- The Washington Times - Friday, May 17, 2013

The ousted head of the IRS on Friday said he was sorry for his agency’s targeting conservative and tea party groups for special scrutiny, while a Republican leader said blame could reach as high as the White House.

Acting IRS Commissioner Steven Miller told the House Ways and Means Committee that his agency failed the public trust when it singled out tea party and other conservative groups applying for tax exempt status from 2008 to 2012, but repeatedly denied agency officials misled Congress when lawmakers explicitly asked about the program.

“I want to apologize on behalf of the Internal Revenue Service for the mistakes that we made and the poor service we provided,” said Mr. Miller before the panel, which was holding the first of several expected Capitol Hill hearings on the matter.

SEE ALSO: Rep. Dave Camp accuses White House of ‘cover-up’ in IRS scandal

“The affected organizations and the American public deserve better. Partisanship, or even the perception of partisanship, has no place at the IRS.”

He added that the IRS provided “horrible customer service.”

Mr. Miller denied that political motivation was behind his agency’s singling groups for special scrutiny that included the conservative buzzwords “tea party,” “patriot” or “9/12” in their names. Rather, he portrayed a scenario of overworked IRS agents simply looking for shortcuts to tackle burgeoning caseloads of groups applying for tax-exempt status.

SEE ALSO: GOP eager to link IRS scandal to ‘Obamacare’ takedown efforts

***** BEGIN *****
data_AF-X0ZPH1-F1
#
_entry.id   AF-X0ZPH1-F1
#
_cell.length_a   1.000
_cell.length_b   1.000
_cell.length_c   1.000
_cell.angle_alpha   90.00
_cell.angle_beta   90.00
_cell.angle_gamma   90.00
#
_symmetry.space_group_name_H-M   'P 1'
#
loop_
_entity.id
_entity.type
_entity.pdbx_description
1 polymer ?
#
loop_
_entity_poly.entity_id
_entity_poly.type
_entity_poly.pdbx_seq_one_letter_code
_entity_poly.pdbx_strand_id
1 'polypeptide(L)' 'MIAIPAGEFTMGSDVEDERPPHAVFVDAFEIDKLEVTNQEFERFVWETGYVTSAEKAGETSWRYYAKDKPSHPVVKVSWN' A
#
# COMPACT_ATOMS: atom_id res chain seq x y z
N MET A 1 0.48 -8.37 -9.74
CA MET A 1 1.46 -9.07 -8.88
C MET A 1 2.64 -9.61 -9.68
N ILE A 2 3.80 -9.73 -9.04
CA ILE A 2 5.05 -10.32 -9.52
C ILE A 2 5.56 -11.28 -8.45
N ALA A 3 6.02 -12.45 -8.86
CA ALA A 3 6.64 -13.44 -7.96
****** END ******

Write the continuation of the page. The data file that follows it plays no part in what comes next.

“What happened here was that foolish mistakes were made by people trying to be more efficient in their workload selection,” he said.

Mr. Miller said the problem was internal and that no outside entities — such as the Treasury Department or the White House — were involved. He said his agency is still reviewing the matter and said changes already have been made to ensure the problem doesn’t happen again.

But the panel’s chairman, Rep. Dave Camp, Michigan Republican, said the matter shows a “culture of cover-ups” and “political intimidation” within the Obama administration.

Mr. Camp suggested the White House hid the scandal until after the 2012 elections.

“These revelations are just the tip of the iceberg. It would be a mistake to treat this as just one scandal,” he said.

The chairman said the scandal shows the IRS has become too large and powerful and called for widespread reforms within he tax collecting agency.

“This systematic abuse cannot be fixed with just one resignation or two,” he said. “And as much as I expect more people need to go, the reality is this is not a personnel problem.”

President Obama on Wednesday forced Mr. Miller  to resign, and other top IRS official  is stepping down. Mr. Miller, a career civil servant, while not in charge of the agency at the time of the time of the misconduct, did hold a high-ranking position.

But lawmakers of both parties grilled Mr. Miller during the three-and-a-half hour hearing.

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